pre·car·i·ous (priˈke(ə)rēəs) adj – dependent on chance; uncertain.
The Inspiration for this Series
I recently spent an evening with an exceptional group of techie friends. After some food and drink, the conversation landed on the topic of technical interviewing and interview styles. At this point in our careers, most of us have logged a number of hours on both sides of the table, so it was sure to be an insightful conversation. As expected, each one of us had very strong opinions on what worked, what didn’t, and how to interviews could be conducted to better expose the talents of candidates. What surprised me is how closely our opinions and grievances were almost completely in sync. This is a group of folks that thrive on debate and tearing apart every angle of a topic. On this rare occasion we almost completely in agreement: We’re doing it wrong. Our chorus of the outrageousness and deficiencies of modern interviewing tactics, shows me there’s a definite need for change.
The Basics of the Technical Interview
Just to make sure everyone’s on the same page, here are my goals for any interview I conduct:
- Vet the documented experience of the candidate.
- Determine the candidate’s ability to positively contribute to the team and available projects.
- Assess the range and drive of the candidate to work on current and future projects.
- To determine if and where the candidate will fit within the organization.
Here are some of the interview styles I’ve encountered through personal experience and research:
Trivia Questions (ex: Explain the basic features of OOP.)
Technical Conversation (ex: Explain why you chose to use JSON as the content type for your API.)
Coding Puzzles (ex: Write a function to reverse an array in place and remove all odd numbers.)
Cognitive Questions (ex: How much would you charge to wash all of the windows in Seattle?)
Offline Code Review (ex: Submit sample code for review without an interactive review.)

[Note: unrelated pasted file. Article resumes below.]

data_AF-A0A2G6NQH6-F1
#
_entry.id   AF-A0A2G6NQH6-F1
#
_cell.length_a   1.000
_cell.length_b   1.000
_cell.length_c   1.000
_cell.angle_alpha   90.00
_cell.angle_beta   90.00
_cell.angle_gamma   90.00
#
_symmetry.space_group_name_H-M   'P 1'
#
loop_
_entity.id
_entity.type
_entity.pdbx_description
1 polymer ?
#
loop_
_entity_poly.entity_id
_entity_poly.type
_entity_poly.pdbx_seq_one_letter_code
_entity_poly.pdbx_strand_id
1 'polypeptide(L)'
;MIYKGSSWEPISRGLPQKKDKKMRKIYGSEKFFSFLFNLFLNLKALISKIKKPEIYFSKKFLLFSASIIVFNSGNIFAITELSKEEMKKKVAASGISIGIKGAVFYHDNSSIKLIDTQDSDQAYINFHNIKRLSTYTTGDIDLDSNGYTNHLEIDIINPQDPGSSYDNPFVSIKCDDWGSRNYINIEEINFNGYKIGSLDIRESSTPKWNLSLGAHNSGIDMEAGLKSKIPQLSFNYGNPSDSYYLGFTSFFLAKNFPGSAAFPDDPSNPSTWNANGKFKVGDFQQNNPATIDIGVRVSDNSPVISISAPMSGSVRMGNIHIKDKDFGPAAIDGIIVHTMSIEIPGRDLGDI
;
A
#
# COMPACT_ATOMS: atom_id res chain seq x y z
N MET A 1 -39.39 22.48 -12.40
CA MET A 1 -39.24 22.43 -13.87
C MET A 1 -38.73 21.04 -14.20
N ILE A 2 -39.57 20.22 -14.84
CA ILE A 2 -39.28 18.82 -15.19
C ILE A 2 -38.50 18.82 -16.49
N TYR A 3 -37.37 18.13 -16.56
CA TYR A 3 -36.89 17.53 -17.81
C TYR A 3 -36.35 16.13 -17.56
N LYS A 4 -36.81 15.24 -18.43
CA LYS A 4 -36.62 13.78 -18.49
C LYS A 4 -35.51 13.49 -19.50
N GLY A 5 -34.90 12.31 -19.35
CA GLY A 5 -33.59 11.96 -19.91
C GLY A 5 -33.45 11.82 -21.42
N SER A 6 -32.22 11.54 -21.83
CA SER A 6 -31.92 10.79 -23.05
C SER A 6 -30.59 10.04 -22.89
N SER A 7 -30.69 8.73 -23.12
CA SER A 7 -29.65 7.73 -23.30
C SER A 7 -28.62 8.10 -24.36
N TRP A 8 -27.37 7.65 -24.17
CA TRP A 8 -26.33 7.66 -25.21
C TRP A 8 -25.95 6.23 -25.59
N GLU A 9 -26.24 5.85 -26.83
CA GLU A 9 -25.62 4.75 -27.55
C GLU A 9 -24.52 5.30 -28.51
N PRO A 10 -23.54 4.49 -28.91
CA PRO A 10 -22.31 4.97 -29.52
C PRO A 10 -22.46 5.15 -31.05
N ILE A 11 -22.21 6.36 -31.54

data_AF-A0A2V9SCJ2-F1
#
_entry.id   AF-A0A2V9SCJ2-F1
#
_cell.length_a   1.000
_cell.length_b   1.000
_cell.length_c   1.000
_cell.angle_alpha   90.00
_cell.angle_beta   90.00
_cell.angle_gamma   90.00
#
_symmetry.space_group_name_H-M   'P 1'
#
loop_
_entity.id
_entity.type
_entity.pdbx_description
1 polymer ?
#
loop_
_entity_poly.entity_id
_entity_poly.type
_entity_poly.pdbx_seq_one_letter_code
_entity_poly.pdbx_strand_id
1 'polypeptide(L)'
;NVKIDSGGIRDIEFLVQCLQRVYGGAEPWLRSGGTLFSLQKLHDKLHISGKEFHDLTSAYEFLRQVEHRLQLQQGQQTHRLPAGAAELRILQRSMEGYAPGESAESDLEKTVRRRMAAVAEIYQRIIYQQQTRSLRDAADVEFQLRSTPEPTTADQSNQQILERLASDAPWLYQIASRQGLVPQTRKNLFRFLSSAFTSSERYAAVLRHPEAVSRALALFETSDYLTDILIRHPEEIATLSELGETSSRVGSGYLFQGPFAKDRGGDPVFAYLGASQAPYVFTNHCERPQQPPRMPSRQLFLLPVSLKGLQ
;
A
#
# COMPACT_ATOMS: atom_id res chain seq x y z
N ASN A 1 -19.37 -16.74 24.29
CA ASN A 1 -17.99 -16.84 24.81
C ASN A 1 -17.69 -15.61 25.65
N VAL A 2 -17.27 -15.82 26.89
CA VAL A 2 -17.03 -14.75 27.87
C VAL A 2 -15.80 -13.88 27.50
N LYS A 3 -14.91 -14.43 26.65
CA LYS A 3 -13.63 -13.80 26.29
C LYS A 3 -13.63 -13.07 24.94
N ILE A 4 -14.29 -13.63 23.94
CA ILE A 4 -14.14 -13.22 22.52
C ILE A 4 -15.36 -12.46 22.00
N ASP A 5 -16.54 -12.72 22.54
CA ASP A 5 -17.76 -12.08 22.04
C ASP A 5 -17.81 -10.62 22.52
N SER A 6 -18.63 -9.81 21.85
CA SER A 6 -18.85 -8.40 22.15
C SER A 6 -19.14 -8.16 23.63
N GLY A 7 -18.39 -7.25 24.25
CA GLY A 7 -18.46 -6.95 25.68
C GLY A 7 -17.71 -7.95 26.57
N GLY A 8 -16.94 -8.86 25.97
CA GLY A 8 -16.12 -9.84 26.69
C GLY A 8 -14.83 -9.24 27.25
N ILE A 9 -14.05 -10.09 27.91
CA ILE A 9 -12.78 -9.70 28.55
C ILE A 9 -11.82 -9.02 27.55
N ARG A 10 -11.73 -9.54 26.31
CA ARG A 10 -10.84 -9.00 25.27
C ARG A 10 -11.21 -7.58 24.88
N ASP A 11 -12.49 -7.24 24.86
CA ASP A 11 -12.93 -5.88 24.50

Interactive Code Review (ex: An interactive review of provided sample code.)
Interactive Logic Puzzles (ex: Whiteboard a basic database structure to store all players in the NFL by team and division.)
Tradition and Fad Combine
The traditional technical interview consists of a table, the interviewer(s) on one side and the candidate on the other. Roughly an hour of back and forth covering history and capabilities and the candidate is released. It really wasn’t much different than the interview process for any other line of work. Find out if their experience is valid and their skills are sufficient. Not flashy, but effective.
With the rise of the internet, a new media for creativity was spawned. As such, companies extended that creativity to the interviewing process. Google and a few other big name companies went public with their “alternative interview styles” and it quickly became the rage. It was new, it sounded more fun, and Google was doing it so it must be good… right? There’s been enough time now that independent agencies can gather metrics on different styles and their effectiveness. This research is showing that many of these fad interviews are no better at selecting quality candidates than random chance.
“In an interview with the New York Times, Google Executive VP of People Operations Laszlo Bock said the company tracked the exit scores recruiters gave to new hires and then determined how well they correlated with actual on-the-job performance. The answer: Not very well. With a few exceptions, Google’s hiring managers weren’t much better than random chance at picking out good employees.” ~ Silicon Valley Business Journal “Google’s tricky interview questions were ‘a complete waste of time’“